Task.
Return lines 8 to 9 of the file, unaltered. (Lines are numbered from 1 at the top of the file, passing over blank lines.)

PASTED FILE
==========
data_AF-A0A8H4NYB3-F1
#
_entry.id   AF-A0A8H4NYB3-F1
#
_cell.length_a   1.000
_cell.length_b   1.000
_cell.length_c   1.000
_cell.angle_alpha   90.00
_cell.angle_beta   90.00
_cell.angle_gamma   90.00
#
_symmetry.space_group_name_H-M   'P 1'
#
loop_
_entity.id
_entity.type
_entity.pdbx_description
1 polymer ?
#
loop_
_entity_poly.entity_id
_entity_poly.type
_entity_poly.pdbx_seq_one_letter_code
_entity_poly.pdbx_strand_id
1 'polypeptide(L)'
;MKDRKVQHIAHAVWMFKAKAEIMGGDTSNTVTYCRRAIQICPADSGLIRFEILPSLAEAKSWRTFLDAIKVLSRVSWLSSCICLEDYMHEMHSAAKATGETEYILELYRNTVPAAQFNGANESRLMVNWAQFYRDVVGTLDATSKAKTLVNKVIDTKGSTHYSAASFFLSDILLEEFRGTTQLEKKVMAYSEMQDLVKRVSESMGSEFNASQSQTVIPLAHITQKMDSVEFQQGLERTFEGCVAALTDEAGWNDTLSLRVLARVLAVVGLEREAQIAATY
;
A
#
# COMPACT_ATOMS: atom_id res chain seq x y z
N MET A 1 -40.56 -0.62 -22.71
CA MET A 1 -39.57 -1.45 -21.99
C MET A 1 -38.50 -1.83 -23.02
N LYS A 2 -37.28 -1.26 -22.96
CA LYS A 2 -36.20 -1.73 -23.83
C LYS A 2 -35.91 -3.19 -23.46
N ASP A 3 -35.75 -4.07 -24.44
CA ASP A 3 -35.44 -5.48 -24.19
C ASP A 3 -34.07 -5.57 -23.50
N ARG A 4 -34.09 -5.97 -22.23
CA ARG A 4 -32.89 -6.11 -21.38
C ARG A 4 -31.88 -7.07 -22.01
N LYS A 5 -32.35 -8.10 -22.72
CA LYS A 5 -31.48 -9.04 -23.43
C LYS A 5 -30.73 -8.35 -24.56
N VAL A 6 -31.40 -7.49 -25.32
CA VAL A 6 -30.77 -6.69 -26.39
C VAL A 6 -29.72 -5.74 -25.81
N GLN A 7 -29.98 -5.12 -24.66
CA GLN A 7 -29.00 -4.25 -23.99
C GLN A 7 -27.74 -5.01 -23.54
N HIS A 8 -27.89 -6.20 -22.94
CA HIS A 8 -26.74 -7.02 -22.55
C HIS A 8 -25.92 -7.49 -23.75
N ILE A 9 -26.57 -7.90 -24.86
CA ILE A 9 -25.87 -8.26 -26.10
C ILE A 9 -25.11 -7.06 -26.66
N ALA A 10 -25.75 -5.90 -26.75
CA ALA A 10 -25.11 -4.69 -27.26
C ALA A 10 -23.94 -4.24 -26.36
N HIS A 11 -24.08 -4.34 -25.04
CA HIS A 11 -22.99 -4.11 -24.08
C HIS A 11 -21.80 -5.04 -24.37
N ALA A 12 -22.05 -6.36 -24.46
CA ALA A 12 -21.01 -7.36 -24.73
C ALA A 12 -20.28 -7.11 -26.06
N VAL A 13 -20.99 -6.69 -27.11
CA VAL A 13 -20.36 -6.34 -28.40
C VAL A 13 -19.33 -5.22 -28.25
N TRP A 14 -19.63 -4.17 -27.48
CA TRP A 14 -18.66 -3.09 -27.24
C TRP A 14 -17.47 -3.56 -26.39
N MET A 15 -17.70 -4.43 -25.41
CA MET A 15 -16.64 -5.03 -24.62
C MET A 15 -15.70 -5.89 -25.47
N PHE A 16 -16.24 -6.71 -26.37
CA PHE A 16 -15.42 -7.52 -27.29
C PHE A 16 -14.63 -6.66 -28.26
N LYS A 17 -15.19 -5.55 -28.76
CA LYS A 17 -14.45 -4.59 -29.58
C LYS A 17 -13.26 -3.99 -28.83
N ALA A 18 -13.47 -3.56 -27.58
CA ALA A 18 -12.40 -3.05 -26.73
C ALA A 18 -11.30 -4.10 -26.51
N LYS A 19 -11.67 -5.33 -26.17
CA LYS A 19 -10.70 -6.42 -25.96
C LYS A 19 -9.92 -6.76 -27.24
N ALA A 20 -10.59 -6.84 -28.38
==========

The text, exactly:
_cell.angle_alpha   90.00
_cell.angle_beta   90.00